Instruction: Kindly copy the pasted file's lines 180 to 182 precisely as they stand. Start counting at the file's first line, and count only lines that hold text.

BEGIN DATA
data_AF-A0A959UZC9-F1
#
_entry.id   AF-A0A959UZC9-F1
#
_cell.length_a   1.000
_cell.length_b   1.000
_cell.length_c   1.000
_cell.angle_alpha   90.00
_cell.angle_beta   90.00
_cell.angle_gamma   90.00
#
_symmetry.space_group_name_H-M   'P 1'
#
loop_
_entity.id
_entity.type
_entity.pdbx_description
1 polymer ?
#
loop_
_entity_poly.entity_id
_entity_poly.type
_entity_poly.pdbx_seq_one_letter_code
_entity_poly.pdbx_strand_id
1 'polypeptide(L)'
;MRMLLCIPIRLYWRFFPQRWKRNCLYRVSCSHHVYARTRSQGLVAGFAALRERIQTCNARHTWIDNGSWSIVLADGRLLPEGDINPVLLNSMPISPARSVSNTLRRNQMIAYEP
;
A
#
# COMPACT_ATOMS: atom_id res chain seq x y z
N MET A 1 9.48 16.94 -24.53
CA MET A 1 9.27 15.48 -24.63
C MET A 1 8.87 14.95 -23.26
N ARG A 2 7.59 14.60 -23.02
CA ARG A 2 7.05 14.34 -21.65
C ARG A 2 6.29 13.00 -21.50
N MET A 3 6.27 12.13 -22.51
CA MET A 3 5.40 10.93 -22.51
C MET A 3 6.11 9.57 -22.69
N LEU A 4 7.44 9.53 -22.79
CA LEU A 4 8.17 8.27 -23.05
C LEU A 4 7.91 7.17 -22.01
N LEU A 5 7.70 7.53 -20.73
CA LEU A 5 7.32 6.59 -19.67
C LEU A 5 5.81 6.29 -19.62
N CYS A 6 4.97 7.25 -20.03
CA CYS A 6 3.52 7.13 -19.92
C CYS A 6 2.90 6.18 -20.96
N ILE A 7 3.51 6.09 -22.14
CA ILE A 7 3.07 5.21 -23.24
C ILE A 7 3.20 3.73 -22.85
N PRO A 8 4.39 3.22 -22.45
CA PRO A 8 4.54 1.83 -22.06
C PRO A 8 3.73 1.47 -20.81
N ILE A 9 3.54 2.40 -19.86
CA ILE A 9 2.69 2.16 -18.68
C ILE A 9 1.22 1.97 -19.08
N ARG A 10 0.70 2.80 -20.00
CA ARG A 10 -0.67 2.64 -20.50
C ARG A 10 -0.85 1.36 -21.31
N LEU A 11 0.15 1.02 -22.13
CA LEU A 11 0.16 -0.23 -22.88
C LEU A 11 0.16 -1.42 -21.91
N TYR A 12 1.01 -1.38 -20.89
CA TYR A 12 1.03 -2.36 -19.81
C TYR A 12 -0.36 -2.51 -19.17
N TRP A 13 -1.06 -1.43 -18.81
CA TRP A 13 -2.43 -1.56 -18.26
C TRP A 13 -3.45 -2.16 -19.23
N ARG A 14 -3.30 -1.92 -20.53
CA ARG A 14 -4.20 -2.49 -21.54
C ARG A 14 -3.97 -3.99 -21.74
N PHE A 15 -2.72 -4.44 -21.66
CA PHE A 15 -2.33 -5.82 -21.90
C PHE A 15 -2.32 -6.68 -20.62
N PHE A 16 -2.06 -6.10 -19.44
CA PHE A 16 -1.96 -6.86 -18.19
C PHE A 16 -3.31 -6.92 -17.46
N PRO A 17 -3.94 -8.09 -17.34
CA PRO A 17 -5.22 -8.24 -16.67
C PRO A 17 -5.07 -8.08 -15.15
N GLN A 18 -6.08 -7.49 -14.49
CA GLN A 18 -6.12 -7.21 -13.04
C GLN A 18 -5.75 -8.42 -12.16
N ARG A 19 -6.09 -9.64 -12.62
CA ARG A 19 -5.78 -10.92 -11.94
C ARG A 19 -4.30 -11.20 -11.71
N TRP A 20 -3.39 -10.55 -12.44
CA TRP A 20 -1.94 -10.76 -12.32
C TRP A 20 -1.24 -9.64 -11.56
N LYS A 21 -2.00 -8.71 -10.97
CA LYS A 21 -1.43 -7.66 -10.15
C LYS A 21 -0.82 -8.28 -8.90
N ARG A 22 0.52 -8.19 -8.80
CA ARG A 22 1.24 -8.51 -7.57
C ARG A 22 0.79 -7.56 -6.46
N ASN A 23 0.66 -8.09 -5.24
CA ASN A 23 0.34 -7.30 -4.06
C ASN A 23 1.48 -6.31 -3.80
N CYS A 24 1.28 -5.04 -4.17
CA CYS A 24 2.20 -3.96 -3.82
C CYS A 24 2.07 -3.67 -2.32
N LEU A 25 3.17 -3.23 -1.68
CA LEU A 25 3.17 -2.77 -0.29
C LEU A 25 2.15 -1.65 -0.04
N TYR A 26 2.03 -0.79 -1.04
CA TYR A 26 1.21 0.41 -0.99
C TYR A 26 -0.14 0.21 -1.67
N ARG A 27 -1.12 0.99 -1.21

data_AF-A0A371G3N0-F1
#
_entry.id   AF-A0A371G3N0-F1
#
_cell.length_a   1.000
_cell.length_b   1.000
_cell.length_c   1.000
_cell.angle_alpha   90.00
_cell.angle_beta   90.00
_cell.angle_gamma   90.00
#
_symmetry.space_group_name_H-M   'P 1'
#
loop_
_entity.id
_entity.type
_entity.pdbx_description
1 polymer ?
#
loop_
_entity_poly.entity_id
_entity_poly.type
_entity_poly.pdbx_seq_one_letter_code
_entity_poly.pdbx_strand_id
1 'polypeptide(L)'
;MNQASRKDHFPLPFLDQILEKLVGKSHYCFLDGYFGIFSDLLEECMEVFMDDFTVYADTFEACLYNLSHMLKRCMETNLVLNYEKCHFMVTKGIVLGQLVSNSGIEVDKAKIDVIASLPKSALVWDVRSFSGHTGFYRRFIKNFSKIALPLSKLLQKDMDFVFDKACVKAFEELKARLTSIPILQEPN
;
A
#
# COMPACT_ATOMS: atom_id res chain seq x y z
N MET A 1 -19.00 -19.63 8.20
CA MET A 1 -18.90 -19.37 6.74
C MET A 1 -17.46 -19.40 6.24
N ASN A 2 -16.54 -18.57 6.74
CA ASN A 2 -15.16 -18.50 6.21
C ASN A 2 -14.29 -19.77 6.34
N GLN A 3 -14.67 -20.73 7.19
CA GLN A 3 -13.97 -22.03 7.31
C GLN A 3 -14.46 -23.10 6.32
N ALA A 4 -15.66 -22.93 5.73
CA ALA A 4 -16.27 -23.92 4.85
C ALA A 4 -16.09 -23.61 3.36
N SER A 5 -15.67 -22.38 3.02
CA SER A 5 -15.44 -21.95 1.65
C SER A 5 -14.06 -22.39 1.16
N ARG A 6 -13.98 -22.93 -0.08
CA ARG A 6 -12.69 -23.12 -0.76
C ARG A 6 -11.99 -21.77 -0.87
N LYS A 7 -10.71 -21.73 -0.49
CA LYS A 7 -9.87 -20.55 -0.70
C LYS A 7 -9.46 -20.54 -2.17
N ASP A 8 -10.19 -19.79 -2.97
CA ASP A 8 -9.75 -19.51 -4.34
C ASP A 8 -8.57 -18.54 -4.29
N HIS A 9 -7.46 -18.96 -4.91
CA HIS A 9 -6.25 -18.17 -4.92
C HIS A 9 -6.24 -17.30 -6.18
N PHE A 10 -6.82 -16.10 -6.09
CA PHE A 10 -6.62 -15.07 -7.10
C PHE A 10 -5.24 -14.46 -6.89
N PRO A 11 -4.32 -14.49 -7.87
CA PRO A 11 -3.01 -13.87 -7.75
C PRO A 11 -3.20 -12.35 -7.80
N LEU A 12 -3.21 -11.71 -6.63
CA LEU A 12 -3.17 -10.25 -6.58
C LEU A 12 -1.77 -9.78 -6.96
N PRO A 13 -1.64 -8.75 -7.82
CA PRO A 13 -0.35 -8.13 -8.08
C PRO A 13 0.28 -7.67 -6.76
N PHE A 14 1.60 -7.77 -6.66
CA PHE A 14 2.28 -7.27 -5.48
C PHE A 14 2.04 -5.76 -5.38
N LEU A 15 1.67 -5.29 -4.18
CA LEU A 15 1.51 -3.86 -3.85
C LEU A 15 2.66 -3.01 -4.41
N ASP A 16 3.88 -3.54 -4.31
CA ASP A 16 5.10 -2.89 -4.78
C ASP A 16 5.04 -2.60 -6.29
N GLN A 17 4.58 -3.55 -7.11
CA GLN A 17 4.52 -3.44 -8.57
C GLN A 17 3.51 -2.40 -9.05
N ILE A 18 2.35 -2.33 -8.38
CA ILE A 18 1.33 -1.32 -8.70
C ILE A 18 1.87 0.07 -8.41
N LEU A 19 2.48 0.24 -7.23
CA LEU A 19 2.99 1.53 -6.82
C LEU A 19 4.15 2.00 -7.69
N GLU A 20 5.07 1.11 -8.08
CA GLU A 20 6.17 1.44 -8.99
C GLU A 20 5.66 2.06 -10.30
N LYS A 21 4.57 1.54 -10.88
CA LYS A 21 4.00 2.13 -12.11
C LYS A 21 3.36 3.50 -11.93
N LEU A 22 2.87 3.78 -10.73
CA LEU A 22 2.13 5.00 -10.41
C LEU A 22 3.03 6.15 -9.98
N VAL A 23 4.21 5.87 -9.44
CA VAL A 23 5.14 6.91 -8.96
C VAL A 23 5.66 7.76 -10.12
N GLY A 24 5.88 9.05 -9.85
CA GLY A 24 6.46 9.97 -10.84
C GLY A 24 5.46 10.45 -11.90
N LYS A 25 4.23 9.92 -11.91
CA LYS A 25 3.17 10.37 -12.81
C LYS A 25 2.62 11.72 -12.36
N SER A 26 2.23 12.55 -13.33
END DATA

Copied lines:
CA PHE A 14 2.28 -7.27 -5.48
C PHE A 14 2.04 -5.76 -5.38
N LEU A 15 1.67 -5.29 -4.18